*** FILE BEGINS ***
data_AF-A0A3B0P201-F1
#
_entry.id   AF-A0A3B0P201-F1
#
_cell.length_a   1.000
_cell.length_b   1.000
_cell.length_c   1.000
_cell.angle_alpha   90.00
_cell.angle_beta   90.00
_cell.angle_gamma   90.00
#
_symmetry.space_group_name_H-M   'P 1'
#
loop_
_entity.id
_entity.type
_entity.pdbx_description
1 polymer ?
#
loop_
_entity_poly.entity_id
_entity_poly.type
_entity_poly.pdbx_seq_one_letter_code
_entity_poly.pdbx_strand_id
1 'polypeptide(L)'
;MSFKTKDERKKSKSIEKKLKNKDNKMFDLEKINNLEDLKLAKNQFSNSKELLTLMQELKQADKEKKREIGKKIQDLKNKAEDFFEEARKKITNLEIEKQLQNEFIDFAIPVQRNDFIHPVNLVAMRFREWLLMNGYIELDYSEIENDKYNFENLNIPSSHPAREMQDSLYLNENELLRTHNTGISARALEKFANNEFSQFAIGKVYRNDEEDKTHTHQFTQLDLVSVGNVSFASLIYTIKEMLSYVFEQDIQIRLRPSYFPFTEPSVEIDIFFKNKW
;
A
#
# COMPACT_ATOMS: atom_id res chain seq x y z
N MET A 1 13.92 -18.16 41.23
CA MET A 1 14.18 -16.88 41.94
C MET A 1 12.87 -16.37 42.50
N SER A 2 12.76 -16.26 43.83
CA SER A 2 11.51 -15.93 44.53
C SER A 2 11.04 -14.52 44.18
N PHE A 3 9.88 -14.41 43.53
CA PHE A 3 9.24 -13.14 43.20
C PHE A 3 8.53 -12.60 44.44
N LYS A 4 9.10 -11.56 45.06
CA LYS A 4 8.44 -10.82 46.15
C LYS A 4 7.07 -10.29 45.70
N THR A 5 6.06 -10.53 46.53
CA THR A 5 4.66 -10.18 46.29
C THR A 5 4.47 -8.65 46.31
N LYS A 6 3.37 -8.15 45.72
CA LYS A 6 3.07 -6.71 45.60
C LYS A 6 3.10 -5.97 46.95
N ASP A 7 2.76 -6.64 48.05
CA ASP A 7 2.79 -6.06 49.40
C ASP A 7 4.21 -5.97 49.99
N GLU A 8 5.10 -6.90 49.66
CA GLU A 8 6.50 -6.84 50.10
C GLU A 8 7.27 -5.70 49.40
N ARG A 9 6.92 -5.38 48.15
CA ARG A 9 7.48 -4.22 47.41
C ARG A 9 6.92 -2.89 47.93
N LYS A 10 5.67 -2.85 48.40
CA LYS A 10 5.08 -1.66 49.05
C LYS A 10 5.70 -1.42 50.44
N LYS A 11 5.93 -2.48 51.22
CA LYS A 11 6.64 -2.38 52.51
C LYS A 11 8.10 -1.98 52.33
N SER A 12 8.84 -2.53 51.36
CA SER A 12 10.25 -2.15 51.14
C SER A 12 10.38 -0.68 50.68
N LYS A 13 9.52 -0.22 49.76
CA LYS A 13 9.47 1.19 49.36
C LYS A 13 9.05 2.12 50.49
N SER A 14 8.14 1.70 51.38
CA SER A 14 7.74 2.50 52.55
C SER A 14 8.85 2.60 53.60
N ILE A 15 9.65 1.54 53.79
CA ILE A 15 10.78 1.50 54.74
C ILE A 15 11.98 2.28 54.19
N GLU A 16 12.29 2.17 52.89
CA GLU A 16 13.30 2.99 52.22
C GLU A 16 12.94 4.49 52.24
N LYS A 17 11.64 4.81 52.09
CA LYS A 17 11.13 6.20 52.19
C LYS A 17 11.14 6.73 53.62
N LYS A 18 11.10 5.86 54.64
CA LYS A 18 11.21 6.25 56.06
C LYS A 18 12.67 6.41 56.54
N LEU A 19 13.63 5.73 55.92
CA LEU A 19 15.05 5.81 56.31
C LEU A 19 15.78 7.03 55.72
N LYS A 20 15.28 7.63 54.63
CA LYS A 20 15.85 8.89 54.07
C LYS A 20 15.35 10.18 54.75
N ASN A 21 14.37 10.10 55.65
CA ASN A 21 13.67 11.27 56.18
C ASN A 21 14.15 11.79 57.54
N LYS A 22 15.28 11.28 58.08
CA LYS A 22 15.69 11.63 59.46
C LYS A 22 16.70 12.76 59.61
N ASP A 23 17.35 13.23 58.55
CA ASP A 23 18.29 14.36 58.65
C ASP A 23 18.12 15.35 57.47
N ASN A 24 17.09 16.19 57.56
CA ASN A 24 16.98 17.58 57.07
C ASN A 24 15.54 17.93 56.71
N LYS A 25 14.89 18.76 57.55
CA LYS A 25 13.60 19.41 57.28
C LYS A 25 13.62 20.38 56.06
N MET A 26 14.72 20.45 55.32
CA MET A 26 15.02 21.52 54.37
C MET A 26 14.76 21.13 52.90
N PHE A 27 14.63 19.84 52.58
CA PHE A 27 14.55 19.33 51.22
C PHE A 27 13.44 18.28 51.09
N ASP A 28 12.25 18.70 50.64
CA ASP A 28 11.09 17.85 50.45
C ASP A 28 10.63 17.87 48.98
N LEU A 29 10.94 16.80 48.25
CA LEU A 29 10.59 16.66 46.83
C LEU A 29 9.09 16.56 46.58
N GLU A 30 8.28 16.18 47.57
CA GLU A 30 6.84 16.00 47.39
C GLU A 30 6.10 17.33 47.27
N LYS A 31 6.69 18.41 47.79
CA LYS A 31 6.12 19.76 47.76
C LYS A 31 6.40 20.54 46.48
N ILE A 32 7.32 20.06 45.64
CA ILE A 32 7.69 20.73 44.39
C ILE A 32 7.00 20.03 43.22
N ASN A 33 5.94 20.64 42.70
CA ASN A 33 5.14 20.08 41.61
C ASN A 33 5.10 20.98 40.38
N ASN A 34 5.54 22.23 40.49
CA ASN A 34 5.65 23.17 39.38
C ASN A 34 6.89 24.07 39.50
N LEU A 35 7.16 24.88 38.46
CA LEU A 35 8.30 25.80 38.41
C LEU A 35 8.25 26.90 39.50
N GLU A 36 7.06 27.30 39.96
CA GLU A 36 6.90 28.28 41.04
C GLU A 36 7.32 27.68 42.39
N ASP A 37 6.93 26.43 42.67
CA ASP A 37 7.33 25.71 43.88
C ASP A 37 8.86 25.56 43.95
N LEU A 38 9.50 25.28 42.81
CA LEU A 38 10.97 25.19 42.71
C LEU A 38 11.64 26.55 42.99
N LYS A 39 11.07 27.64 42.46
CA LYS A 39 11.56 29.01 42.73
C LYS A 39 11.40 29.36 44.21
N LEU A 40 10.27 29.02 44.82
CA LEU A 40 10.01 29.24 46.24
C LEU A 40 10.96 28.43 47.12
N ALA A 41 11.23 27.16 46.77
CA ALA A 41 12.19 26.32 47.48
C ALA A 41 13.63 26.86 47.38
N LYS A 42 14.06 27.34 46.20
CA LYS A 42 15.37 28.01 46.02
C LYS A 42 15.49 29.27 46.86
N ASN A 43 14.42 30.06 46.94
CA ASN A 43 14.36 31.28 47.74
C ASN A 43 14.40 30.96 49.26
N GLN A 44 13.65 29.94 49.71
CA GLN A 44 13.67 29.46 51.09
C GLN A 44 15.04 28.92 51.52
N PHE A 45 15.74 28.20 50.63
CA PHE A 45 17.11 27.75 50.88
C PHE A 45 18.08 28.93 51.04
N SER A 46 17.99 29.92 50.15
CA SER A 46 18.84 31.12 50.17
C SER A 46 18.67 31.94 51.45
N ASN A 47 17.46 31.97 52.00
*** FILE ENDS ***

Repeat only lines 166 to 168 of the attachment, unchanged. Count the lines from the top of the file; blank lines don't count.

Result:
N SER A 46 17.99 29.92 50.15
CA SER A 46 18.84 31.12 50.17
C SER A 46 18.67 31.94 51.45